Published: 14:17, 07 February 2022
| Updated: 11:26, 08 February 2022
The Prime Minister Boris Johnson today made a surprise visit to the Kent Oncology Centre at Maidstone Hospital.
He was accompanied by the Chancellor of the Exchequer Rishi Sunak and local MPs Helen Grant, Helen Whately and Tracy Crouch.
The meeting is being interpreted as a bid to show unity after suggestions in the Daily Telegraph that the Treasury had refused to sign off on the government's plans to tackle the NHS back-log caused by Covid.
The Health Secretary, Savid Javid, had already denied the rumour, saying the delay in the release of the plans had been caused by the arrival of the Omicron variant, and the need to re-focus on tackling that.
KMTV's report on the PM visiting the hospital earlier today
No local reporters or photographers were allowed to attend the visit and were only provided pictures from the Prime Minister's personal photographer.
Mr Johnson said: "One in nine of us is currently on an NHS waiting list - six million people across the country. That's huge numbers and they are going to keep going up.
"So we're doing all sorts of things to clear this Covid backlog."
He said the government would put £8m more into the NHS to finance elective surgery and would recruit 50,000 more nurses, but he said the NHS was already employing 45,000 more people now than than it did last year.
He said with that help, the government would be setting the NHS some "tough" targets so that "We can deliver for patients and for the taxpayer."
He praised the Kent Oncology Centre saying: "They have been working really fast throughout the pandemic. They've kept the level of treatments up so that they are almost the same as before Covid."
He said the government now wanted everywhere else in the country to match Maidstone's success.
He said the government would set a new target so that the "majority of people" who think they have cancer could receive a diagnosis within 28 days, and he said that should apply to "three out of four people" across the country by March of next year.
He also said: "We want nobody to be on a waiting list for more than two months."
"These are very tough targets..."
He added: "These are very tough targets and we will make sure the NHS delivers them."
One way to achieve that was an initiative called My Planned Care, which would enable patients to compare waiting lists at various hospitals and elect where to have their treatment.
Mr Johnson said: "If you are due an operation, you can look round and see where you can get it done faster - at somewhere like Maidstone for instance - then you can take advantage of that.
"So we will use patient choice to drive down waiting lists as well."
Mr Johnson denied there was any form of rift with his Chancellor and said it had been Mr Sunak's "sound management of the economy" that had enabled the government to take the necessary measures to tackle Covid and now the backlog.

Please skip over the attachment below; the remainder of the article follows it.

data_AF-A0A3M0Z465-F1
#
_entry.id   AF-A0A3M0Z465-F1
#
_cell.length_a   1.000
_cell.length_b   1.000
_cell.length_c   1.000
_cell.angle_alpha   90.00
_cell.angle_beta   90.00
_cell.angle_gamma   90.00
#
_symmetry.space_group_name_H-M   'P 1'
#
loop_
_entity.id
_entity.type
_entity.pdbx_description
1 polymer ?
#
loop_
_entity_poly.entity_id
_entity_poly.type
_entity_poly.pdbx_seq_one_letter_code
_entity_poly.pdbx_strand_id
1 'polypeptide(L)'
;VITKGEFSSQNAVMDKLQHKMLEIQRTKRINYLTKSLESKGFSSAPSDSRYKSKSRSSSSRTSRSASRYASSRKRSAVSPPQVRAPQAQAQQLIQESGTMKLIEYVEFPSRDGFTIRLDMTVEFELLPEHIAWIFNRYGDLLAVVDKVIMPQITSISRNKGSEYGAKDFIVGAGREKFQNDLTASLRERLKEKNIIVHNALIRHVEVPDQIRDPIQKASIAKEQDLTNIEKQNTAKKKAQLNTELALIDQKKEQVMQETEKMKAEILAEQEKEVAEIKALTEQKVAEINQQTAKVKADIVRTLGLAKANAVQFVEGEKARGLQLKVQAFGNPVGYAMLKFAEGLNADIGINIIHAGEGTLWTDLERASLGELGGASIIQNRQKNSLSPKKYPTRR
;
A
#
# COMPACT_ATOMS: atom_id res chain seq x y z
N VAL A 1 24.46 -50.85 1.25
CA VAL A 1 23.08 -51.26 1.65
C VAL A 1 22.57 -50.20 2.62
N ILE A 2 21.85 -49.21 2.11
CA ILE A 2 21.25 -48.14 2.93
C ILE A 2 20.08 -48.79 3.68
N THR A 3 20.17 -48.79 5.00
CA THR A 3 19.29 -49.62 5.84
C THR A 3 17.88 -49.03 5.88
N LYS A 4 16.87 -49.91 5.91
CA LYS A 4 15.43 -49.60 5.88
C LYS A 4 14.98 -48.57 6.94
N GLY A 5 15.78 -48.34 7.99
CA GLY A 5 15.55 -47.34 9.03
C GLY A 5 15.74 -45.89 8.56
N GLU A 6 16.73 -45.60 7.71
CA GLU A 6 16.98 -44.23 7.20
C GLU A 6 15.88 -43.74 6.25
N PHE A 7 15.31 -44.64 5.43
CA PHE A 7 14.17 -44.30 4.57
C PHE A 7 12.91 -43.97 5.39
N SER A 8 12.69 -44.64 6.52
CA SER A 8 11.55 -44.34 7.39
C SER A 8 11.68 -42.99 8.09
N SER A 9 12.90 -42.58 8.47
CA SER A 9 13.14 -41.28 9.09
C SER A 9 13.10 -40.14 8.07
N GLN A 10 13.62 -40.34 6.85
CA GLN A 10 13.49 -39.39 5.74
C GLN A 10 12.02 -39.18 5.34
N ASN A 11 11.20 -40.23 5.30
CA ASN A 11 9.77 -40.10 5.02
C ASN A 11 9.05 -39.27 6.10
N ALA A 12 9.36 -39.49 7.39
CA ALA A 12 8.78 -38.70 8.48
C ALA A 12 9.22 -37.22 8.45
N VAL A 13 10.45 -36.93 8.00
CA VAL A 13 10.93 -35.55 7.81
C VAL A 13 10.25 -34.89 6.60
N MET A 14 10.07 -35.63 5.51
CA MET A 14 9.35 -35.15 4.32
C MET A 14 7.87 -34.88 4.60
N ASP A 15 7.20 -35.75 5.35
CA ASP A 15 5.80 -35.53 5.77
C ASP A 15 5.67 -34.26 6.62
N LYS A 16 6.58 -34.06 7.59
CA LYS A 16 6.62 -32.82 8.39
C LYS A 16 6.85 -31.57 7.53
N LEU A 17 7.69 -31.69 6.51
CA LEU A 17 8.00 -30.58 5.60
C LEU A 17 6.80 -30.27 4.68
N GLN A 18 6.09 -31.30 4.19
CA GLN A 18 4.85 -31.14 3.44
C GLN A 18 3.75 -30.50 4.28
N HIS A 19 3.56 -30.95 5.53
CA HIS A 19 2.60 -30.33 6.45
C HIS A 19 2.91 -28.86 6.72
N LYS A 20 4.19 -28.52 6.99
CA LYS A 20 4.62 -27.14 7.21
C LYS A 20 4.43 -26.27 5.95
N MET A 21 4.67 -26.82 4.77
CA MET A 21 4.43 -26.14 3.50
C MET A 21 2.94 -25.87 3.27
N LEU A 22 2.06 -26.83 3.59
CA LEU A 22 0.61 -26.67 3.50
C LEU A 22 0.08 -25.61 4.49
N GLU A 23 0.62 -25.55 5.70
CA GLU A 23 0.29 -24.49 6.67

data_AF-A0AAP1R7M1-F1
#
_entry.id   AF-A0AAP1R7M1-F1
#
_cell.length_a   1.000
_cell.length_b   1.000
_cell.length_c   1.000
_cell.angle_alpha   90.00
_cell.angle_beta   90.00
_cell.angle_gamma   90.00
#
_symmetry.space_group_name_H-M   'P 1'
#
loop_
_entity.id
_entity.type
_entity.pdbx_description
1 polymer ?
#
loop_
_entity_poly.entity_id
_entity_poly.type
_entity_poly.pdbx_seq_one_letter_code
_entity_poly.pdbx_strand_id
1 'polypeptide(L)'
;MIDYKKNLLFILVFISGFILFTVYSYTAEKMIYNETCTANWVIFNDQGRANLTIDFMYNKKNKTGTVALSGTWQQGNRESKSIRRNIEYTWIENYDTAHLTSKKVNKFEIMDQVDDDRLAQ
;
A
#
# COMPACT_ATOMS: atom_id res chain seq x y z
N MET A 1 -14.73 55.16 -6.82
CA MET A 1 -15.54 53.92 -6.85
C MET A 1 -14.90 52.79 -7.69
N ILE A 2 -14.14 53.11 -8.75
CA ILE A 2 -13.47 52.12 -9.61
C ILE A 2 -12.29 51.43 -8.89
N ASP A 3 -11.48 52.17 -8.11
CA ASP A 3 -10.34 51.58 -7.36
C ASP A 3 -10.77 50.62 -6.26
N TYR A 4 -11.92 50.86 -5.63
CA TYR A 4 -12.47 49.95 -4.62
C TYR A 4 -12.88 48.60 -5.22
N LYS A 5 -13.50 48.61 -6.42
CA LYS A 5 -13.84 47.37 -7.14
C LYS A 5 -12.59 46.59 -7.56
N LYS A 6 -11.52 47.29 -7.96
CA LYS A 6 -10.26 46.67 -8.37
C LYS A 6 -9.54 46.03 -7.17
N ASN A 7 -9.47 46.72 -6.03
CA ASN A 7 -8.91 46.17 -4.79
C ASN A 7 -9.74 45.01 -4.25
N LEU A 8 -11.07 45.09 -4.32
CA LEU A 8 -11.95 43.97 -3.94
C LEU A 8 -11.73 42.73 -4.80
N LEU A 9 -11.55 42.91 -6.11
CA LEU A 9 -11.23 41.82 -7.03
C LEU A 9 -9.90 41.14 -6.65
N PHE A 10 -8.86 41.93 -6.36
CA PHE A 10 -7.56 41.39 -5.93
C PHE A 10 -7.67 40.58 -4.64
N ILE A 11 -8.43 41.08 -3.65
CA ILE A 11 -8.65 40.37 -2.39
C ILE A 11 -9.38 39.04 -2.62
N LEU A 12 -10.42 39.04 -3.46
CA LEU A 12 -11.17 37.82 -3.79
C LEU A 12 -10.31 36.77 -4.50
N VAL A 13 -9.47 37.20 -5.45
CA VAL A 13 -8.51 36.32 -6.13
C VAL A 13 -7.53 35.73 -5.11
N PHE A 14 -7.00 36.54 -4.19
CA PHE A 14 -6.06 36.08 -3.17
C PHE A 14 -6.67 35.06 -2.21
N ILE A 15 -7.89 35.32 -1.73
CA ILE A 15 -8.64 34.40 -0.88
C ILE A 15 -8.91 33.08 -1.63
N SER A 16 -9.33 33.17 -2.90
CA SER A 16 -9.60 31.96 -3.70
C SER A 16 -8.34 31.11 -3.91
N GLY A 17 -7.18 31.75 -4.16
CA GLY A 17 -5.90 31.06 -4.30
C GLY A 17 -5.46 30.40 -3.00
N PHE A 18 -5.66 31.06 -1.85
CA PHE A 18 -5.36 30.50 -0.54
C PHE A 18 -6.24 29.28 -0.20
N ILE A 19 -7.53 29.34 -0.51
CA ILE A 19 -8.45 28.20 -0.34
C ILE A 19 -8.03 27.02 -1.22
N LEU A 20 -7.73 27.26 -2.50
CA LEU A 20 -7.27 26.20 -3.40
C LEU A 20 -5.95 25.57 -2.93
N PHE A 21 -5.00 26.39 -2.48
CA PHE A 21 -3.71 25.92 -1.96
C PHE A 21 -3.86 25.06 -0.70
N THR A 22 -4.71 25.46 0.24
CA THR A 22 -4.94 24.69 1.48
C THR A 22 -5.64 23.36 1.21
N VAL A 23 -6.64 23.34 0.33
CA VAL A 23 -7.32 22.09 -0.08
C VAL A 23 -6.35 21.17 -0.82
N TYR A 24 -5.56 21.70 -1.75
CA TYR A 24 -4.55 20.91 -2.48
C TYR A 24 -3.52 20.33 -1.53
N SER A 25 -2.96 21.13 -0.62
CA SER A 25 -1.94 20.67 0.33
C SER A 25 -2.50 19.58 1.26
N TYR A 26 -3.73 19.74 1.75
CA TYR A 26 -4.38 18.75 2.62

He said: "The treasury and No 10 are working together in harmony."
The PM's visit to the oncology unit comes as the House of Commons library revealed in an answer to Labour that nationally, between April and November, almost 300,000 people had been unable to see a cancer specialist within two weeks of an urgent referral, the current guideline maximum wait.
The Kent Oncology Centre is part of Maidstone and Tunbridge Wells NHS Trust (MTW) which is one of only a handful of hospital trusts in the country to meet the national standard for treating cancer patients within 62 days and it has achieved this for 29 months in a row.
The trust provides specialist cancer services to around 1.9 million people across Kent, Medway and East Sussex.
Mr Johnson and his colleagues were shown round the oncology centre and chemotherapy therapy day unit by Dr Henry Taylor, Chief of Cancer Services, and by Charlotte Wadey, Director of Nursing.
Dr Taylor said: “Throughout the pandemic staff continued to safely deliver all cancer treatments. Our clinical teams quickly redesigned patient care pathways and face to face appointments became virtual or telephone consultations. Multi-disciplinary teams also worked together, developing new ways of working which ensured we continued to diagnose and treat cancers as quickly as possible.”
The politicians talked to radiographers and medical physicists in the new multi-million-pound CT and LINAC (linear accelerator) suites, hearing first-hand about the importance of these machines in diagnosing and treating cancer.
The trust's chief executive Miles Scott said: ““In the last three years we’ve developed innovative new treatment pathways and have invested almost£10 million pounds in new buildings, scanning machines, 12 additional cancer consultants and specialist staff training and development.
“We are also opening a new oncology outpatients’ unit which will enable us to care for the increasing number of patients referred to us. Work began on this in January and will be completed later this year.”
During the visit Mr Johnson heard about the progress staff across the trust are also making with elective care. The trust has reduced the number of patients waiting over 52 weeks down to just one.